Jasmine Infante, University of St. Thomas

My name is Jasmine Infante and I am a student at the University of St. Thomas majoring in communication and minoring in marketing. I wanted to give a huge thank you to the Holocaust Remembrance Association for the scholarship I have received. I was told about this scholarship by my advisor, Dr. Bornigia and I researched it after speaking with her. I never knew about this association until she introduced it to me and I hope to attend a live event next year. Even though the events were held online due to Covid-19, it was still an enlightening experience. I feel like I not only learned about the struggles that affect generations of people, but I learned more about myself in the process, too.

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Benjamin Galindo, Houston Baptist University

It is unfortunate that the March of Remembrance events were cancelled because of the current times. Fortunately, the Holocaust Remembrance Association was quick to adapt and produced what was a joy to watch, Hope in the Face of Total Loss. Listening to Alex Pollak’s success despite the horrible losses that World War II brought was a sobering reminder that the difficulty of the past should not handicap our future potential. And a particular highlight was Rabbi Don Gordon’s wisdom filled story of elbowless people in heaven and hell. The parable’s instruction tells of the reality of the brokenness of all human beings, yet that brokenness becomes a heaven when humans begin to aid each other.

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Austin Mitchell, University of Houston

“This march is about encouraging all of you to pass it on to your families and your friends, to rise up and not be bystanders. Is that okay?” March of Remembrance director Rozalie Jerome, and the applause following her every point, indicate that spiritually just political action is, for many, a critical component of honoring Holocaust survivors and victims. Confronting the brutality of the Holocaust offers an avenue for Jews, Christians, and all others to take a particularist approach to racial, ethnic, and religious violence. As opposed to universalism, which sameifies “all sides” in the name of closure and moving on, Jennifer Harvey writes that a particularist ethic can take into account distinctions in social position.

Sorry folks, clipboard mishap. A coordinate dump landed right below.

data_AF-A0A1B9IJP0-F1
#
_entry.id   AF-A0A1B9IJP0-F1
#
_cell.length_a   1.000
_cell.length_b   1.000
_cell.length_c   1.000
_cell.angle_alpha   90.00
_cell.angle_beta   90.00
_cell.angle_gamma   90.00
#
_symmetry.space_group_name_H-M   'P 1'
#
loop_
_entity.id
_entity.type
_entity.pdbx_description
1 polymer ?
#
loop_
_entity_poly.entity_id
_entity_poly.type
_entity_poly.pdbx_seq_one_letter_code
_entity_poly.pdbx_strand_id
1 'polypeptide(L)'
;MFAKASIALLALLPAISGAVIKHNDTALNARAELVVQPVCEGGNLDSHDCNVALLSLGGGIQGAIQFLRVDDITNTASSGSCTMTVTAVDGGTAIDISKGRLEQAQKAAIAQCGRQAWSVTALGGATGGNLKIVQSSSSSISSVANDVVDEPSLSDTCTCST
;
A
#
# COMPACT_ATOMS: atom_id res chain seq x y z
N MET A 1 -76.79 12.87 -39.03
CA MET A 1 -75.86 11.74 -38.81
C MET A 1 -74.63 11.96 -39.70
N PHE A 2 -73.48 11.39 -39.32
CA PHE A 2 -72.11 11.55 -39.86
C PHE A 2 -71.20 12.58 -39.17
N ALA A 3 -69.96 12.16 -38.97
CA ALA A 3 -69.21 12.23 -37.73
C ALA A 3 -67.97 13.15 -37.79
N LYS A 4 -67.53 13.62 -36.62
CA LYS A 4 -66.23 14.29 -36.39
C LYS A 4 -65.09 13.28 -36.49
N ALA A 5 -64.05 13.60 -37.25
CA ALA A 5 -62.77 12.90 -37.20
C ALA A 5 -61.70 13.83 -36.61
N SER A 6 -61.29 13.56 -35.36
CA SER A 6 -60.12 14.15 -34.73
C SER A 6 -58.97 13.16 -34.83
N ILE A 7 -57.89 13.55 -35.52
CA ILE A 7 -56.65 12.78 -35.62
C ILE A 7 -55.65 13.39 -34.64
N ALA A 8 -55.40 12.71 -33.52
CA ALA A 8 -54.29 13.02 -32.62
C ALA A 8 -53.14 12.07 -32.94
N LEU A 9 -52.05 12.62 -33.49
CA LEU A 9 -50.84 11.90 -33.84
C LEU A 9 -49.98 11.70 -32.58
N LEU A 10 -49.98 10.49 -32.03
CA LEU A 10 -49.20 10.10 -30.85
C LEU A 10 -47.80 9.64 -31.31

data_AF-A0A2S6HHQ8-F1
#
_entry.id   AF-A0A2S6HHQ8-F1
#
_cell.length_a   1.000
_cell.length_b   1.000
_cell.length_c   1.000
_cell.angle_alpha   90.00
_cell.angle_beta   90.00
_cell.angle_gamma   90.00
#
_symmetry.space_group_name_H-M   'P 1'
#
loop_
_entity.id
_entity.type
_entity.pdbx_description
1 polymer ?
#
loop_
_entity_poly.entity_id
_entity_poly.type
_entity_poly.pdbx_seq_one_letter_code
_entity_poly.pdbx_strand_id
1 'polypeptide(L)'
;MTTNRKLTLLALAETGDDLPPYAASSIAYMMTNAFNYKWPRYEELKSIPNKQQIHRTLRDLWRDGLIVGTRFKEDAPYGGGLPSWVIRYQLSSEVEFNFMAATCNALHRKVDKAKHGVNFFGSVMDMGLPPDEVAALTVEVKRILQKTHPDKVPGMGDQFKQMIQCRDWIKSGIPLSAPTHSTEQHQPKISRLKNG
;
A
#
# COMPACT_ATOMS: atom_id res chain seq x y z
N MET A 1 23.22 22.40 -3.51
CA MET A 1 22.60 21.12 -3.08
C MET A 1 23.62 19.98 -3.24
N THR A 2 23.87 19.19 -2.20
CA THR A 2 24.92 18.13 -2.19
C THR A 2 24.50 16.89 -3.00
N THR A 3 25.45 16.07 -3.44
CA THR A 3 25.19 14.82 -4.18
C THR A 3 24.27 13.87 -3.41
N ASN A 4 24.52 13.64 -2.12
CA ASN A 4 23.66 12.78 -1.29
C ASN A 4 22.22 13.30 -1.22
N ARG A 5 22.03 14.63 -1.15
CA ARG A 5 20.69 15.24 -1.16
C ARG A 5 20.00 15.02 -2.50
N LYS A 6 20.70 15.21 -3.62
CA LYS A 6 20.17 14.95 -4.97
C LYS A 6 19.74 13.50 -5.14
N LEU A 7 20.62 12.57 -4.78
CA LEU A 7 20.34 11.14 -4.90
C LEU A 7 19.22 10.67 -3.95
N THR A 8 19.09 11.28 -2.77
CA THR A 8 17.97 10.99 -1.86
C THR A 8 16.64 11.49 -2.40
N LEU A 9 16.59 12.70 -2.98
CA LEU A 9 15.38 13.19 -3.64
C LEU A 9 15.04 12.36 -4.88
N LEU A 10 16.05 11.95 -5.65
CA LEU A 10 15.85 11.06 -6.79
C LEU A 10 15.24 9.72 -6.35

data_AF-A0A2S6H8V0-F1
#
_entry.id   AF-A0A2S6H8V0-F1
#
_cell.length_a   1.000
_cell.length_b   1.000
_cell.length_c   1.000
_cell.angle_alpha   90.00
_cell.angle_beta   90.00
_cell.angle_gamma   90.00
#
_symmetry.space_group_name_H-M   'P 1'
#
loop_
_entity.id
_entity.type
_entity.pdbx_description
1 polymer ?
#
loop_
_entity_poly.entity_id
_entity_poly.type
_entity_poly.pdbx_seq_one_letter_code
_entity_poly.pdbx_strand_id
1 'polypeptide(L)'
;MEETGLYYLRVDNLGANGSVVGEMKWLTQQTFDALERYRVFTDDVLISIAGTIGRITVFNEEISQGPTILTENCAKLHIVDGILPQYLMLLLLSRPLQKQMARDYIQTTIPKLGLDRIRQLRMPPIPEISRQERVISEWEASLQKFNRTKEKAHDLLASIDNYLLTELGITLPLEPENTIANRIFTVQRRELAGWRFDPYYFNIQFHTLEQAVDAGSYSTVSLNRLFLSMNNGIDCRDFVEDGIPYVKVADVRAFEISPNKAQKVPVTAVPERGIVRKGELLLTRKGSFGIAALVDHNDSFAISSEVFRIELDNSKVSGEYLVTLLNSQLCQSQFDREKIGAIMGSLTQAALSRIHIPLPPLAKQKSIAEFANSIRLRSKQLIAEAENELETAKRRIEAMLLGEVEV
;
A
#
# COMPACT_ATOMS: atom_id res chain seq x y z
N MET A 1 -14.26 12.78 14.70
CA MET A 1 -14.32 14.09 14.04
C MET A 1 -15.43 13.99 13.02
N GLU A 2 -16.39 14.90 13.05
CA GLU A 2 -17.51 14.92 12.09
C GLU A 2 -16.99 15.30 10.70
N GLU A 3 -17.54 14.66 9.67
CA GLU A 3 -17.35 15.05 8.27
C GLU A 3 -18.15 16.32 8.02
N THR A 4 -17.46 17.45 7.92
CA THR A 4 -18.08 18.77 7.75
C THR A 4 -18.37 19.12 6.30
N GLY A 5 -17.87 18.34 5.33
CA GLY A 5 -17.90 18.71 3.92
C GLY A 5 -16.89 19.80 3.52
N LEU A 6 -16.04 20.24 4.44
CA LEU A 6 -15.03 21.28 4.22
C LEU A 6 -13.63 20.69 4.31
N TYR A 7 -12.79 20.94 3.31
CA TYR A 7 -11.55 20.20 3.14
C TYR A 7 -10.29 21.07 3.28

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Luis Cardenas, Lone Star College

The privilege to have been able to see Holocaust survivors, German Nazis descendants reconcile is history in the making itself. Seeing this unfold was captivating. Till this day my generation and future generation will never comprehend how such atrocities took place as the world watched. Watching the German descendants of Nazis with Holocaust survivors and descendants reconcile with tears and long embraces was emotional and powerful to me. This was something that I was not prepared to watch, and it showed as tears started to roll down my face. As a Marine of 20yrs of services I have seen my share of injustice and atrocities in my 3 deployments to Iraq and

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Tiana Trevino, University of St. Thomas

Thank you so much for organizing the Holocaust Remembrance event and for giving myself and others the opportunity to be awarded a scholarship. The Holocaust March event reminded me of the importance of hope in times of isolation, and the importance of doing the right thing and helping others even when it may be difficult to do; it also served as a good reminder that we are not living soley for ourselves because we are all connected. I am very grateful to have been accepted for the award. This scholarship really helped my family with paying for my classes for the next two semesters and helped to alleviate some of our stress so I’m very thankful for that.

Continue ReadingTiana Trevino, University of St. Thomas